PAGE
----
You see, in recent days, the independent creator of the franchise, Steven Cawthon, had his sizable political contributions to members of the Trumpian Brigade(™) picked up by Social Media. The candidates in said brigade typically speak about the subversion of American Values and see people who are outside those “Values” as an enemy. They use this fear to get people to donate money to them.
To highlight this, we see Cawthon’s statement in response to this revelation. "I felt [Trump] was the best man to fuel a strong economy and stand up to America's enemies abroad, of which there are many" he goes onto indicate that he prioritizes the need for this foreign defense over the issues of American citizens' treatment by their own government with, "even if there were candidates who had better things to say to the LGBT community directly, and bigger promises to make, I believed that their stances on other issues would have ended up doing much greater harm to those communities than good"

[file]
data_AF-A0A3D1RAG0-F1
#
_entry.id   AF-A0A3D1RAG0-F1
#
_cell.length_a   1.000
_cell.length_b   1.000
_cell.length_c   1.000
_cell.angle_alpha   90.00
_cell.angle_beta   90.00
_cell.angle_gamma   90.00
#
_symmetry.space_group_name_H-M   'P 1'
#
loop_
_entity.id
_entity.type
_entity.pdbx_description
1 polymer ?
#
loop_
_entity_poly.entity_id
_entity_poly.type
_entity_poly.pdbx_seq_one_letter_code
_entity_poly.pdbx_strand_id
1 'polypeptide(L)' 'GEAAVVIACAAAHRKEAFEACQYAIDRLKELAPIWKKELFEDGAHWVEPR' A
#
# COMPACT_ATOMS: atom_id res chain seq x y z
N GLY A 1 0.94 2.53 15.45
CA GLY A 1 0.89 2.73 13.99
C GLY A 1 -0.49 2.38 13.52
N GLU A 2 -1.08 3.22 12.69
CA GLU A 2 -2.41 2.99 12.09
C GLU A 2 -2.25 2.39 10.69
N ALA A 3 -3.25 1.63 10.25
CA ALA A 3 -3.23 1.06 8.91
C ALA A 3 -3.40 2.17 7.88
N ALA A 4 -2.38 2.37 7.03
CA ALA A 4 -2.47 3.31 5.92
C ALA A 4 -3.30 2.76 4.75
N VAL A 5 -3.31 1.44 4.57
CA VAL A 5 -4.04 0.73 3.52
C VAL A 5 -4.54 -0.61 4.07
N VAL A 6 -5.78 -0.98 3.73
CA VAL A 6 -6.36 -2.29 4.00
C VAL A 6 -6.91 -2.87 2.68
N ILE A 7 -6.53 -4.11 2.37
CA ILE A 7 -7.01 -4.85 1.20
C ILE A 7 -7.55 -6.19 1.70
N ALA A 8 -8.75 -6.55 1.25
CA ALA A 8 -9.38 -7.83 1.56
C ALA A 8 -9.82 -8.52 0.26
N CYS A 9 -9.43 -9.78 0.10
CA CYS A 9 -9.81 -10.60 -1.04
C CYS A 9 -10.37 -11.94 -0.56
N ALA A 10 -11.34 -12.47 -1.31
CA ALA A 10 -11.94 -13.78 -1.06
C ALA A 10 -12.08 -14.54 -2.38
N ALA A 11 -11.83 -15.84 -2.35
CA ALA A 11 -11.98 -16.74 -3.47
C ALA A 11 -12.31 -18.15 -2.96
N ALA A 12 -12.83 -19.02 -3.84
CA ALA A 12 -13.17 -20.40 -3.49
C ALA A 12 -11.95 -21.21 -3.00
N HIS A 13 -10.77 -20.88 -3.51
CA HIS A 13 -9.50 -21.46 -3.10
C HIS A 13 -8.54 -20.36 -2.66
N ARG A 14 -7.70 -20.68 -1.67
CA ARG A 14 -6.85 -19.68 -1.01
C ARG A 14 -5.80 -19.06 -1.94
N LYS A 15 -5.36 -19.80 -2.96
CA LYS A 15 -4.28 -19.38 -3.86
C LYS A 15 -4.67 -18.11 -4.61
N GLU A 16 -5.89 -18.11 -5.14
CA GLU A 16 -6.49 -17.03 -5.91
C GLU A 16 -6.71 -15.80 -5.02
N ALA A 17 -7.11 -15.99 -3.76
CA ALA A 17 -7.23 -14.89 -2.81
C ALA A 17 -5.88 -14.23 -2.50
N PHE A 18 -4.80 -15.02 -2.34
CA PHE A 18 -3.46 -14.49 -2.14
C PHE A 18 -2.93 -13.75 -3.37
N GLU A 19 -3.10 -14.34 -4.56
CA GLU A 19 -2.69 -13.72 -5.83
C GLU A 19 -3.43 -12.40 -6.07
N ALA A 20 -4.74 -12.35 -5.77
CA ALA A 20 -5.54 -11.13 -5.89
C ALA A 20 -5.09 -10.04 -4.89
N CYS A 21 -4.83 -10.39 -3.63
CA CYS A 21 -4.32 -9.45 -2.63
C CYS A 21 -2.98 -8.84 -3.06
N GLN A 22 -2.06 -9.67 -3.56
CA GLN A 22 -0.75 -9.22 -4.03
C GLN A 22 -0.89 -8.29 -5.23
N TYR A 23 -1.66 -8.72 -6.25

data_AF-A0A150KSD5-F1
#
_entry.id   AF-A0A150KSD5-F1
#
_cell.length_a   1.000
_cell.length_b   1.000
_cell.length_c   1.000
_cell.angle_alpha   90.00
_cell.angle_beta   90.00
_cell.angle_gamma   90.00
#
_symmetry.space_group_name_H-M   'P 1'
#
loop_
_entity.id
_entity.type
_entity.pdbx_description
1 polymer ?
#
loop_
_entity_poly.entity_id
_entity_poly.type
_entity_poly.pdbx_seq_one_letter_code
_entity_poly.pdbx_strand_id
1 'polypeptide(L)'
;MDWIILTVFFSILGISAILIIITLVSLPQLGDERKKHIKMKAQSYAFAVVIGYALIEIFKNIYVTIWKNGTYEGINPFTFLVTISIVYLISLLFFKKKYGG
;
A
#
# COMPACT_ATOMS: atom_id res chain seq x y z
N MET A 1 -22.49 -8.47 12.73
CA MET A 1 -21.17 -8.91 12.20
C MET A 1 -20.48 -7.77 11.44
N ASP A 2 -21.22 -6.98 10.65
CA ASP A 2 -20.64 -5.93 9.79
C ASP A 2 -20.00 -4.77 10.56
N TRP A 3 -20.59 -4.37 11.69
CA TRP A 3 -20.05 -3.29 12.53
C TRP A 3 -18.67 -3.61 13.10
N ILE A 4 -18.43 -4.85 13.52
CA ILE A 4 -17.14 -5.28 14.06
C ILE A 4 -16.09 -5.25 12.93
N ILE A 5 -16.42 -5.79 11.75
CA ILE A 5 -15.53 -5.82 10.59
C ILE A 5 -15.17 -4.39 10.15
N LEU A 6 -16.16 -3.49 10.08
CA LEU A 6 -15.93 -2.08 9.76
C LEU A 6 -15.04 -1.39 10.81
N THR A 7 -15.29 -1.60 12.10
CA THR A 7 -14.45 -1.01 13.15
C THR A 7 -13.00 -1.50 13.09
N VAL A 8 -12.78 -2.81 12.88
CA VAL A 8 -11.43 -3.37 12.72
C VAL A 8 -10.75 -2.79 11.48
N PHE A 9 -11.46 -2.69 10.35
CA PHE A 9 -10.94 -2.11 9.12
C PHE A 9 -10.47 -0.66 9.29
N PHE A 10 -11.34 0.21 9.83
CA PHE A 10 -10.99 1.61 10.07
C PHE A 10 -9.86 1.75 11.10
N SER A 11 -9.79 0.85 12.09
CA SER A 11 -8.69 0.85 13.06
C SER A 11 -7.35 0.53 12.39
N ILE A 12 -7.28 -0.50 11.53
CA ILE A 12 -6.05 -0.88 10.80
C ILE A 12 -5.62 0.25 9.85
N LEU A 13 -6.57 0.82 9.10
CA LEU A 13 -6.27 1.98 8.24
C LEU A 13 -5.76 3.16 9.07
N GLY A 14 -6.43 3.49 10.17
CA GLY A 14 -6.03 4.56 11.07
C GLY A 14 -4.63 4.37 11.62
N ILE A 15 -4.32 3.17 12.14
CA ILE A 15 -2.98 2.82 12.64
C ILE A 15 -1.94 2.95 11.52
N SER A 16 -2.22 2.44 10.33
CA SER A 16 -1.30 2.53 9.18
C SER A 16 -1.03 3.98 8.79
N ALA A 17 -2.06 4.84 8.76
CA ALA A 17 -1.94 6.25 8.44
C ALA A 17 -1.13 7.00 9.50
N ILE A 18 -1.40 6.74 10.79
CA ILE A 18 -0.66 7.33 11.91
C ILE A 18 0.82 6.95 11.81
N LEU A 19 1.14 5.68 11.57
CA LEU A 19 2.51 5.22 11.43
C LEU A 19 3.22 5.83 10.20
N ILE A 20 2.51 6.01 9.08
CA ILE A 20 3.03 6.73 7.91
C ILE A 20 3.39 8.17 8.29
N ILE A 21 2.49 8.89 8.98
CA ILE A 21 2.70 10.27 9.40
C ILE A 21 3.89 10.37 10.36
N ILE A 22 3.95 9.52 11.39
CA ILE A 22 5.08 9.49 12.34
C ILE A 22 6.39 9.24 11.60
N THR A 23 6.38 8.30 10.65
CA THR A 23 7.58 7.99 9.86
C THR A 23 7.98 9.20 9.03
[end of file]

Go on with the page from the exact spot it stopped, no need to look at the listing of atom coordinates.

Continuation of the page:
Basically he is noting that we should fear foreign governments more than we should our domestic one. Which is usually a position that people who are generally left alone by their own government can comfortably have.
Interestingly it is this quote that made me think of the story of Five Nights at Freddy’s in a whole new way. So let’s go down this Bonny hole— metaphorically, you freakin’ furrys!